Instrumented mouthguards (iMGs) have the potential to quantify head acceleration exposures in sport. The Rugby Football League is looking to deploy iMGs to quantify head acceleration exposures as part of the Tackle and Contact Kinematics, Loads and Exposure (TaCKLE) project. iMGs and associated software platforms are novel, thus limited validation studies exist. The aim of this paper is to describe the methods that will determine the validity (ie, laboratory validation of kinematic measures and on-field validity) and feasibility (ie, player comfort and wearability and practitioner considerations) of available iMGs for quantifying head acceleration events in rugby league. Phase 1 will determine the reliability and validity of iMG kinematic measures (peak linear acceleration, peak rotational velocity, peak rotational acceleration), based on laboratory criterion standards. Players will have three-dimensional dental scans and be provided with available iMGs for phase 2 and phase 3. Phase 2 will determine the on-field validity of iMGs (ie, identifying true positive head acceleration events during a match). Phase 3 will evaluate player perceptions of fit (too loose, too tight, bulky, small/thin, held mouth open, held teeth apart, pain in jaw muscles, uneven bite), comfort (on lips, gum, tongue, teeth) and function (speech, swallowing, dry mouth). Phase 4 will evaluate the practical feasibility of iMGs, as determined by practitioners using the system usability scale (preparing iMG system and managing iMG data). The outcome will provide a systematic and robust assessment of a range of iMGs, which will help inform the suitability of each iMG system for the TaCKLE project.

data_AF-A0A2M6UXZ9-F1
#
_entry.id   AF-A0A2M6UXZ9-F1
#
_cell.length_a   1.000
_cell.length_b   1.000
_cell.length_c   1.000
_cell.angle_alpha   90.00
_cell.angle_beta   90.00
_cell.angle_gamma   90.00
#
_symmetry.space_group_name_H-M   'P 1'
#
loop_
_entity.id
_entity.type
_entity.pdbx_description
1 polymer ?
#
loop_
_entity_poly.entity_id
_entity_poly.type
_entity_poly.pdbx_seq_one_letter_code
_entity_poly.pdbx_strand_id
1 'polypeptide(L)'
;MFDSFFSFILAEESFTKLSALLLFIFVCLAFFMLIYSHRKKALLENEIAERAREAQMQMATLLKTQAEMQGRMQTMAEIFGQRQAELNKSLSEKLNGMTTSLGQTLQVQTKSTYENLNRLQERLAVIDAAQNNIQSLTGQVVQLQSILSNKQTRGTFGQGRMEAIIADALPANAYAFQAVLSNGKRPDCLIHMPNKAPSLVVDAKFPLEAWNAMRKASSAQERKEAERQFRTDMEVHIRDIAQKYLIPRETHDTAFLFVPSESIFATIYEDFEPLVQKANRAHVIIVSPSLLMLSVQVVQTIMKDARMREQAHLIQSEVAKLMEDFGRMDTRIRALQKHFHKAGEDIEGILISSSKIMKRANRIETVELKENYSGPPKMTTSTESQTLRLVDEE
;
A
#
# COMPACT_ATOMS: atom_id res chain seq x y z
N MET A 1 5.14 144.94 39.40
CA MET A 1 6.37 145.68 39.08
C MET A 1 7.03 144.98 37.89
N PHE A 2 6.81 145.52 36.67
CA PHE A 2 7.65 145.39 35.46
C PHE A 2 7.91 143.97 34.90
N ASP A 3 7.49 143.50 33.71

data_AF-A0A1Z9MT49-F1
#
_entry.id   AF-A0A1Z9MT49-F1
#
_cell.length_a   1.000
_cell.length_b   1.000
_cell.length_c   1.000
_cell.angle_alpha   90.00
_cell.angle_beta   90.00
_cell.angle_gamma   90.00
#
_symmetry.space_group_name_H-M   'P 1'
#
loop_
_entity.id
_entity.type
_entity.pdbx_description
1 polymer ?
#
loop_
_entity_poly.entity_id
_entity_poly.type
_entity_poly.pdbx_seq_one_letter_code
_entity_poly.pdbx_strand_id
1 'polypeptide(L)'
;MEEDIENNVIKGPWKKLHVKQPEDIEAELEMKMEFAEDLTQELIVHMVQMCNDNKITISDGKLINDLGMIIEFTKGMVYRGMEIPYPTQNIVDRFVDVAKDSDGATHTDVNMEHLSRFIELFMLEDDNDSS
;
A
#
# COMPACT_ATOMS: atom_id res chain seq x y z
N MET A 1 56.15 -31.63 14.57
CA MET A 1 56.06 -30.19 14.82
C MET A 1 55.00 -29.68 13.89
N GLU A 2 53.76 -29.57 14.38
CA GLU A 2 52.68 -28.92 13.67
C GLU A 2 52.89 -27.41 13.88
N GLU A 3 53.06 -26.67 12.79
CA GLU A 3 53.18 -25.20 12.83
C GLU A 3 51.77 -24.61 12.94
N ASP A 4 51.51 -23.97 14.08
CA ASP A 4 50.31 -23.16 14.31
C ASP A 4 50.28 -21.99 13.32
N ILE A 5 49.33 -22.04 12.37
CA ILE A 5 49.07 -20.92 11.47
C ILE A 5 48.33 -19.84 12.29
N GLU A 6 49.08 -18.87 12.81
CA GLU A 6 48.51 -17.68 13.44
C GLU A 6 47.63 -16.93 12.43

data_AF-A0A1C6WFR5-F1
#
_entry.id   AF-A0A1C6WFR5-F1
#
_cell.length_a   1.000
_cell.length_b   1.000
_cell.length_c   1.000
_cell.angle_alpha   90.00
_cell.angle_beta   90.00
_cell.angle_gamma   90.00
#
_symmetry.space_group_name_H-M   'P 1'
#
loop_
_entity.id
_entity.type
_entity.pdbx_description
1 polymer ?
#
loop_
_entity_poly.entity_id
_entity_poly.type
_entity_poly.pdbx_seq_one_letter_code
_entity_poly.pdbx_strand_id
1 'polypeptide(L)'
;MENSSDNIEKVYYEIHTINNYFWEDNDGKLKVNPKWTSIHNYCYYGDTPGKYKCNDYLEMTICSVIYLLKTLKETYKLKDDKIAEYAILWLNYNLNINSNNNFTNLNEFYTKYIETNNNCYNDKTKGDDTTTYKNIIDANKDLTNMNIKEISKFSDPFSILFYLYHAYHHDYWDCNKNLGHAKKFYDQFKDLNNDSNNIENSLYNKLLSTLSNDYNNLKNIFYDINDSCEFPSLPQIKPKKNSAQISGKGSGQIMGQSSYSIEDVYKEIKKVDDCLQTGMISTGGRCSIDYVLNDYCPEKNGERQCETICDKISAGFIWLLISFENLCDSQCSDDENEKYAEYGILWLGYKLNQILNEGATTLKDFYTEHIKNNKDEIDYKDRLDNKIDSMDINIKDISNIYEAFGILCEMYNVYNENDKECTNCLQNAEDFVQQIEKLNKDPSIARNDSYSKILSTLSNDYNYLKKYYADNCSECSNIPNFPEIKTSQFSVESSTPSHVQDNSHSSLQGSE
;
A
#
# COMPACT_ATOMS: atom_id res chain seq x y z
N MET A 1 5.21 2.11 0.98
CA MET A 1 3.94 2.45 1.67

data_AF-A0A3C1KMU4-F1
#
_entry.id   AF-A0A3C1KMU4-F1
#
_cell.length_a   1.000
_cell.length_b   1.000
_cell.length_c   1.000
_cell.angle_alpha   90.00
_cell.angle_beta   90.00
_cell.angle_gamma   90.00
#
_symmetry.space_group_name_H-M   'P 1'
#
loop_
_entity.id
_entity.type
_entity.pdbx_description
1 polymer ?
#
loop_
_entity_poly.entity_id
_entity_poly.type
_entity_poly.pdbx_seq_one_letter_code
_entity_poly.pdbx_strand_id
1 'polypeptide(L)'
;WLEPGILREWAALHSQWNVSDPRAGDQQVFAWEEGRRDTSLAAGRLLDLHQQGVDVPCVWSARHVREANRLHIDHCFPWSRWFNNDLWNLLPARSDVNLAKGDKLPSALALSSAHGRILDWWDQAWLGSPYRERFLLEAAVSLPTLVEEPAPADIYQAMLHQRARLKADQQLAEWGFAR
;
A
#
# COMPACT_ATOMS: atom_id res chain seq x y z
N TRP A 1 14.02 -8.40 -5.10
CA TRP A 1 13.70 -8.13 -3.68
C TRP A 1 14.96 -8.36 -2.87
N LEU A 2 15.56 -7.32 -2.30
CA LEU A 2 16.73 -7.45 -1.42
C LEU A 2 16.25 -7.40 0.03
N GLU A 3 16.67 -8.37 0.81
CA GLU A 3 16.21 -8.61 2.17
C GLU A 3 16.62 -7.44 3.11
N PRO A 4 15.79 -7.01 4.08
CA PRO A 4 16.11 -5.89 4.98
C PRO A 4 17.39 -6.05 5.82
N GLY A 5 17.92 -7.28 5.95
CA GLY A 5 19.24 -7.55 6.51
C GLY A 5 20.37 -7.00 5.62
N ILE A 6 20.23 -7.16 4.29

- American football
ASJC Scopus subject areas
- Orthopedics and Sports Medicine
- Physical Therapy, Sports Therapy and Rehabilitation